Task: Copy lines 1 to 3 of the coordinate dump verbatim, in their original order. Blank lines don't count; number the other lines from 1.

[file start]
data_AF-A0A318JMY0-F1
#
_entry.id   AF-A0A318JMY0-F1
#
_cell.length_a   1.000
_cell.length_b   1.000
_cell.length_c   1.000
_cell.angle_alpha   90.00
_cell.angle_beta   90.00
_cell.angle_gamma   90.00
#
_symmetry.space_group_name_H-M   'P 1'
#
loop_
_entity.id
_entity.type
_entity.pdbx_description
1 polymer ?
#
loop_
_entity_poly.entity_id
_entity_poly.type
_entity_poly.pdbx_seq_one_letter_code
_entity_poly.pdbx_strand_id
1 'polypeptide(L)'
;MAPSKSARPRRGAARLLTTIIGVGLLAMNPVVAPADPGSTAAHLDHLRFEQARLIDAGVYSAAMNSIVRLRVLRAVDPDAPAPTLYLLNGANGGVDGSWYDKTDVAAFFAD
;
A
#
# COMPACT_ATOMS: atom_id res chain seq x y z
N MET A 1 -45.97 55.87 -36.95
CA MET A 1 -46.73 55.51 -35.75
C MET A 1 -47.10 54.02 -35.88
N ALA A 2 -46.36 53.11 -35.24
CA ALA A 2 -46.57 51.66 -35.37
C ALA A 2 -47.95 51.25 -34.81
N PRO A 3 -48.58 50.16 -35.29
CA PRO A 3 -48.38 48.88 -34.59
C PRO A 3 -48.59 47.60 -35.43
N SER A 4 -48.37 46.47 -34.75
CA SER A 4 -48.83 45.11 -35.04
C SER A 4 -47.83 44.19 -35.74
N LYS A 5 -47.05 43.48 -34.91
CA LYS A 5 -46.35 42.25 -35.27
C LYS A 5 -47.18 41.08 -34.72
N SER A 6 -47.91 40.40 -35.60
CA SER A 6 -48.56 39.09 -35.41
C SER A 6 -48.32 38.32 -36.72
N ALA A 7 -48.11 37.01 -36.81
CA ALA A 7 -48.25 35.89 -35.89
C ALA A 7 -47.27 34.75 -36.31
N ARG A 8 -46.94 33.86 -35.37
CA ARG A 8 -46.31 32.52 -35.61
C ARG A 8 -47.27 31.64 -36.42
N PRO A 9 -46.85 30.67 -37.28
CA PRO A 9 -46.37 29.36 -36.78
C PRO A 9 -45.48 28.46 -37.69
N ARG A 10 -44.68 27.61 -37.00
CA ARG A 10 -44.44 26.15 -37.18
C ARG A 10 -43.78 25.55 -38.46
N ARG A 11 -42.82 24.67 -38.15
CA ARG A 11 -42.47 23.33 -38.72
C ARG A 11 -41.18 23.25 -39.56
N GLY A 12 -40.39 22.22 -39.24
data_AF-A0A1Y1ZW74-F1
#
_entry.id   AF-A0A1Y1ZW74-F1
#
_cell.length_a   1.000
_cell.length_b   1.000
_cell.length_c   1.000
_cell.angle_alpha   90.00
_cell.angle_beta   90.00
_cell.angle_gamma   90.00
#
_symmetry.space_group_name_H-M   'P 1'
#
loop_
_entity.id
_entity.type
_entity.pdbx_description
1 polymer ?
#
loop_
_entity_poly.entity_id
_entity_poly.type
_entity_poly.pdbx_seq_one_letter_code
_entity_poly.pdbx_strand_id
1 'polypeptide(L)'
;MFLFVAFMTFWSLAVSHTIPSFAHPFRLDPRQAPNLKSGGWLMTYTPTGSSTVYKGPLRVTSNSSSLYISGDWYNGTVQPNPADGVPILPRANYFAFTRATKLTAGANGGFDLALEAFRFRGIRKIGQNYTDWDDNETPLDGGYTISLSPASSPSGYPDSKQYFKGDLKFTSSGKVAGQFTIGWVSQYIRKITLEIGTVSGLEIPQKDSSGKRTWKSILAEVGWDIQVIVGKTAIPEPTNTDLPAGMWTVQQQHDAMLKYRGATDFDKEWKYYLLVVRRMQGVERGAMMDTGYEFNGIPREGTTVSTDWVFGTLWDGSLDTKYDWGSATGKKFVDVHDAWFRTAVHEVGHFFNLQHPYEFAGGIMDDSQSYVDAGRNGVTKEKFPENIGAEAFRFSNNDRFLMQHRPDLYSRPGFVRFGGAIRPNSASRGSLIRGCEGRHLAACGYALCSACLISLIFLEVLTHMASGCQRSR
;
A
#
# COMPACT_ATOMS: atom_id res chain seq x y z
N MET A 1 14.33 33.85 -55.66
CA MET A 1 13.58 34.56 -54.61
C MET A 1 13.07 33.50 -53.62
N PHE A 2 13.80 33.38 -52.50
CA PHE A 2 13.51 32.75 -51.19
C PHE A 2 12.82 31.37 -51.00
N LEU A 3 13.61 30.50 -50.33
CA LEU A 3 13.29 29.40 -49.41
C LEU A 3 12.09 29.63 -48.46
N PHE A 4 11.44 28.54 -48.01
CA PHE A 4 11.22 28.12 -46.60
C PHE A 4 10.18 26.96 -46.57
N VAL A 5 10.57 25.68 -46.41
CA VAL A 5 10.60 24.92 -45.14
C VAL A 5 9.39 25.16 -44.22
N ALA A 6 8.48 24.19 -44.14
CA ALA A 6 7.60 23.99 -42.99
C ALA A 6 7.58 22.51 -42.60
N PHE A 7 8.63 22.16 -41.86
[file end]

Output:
data_AF-A0A318JMY0-F1
#
_entry.id   AF-A0A318JMY0-F1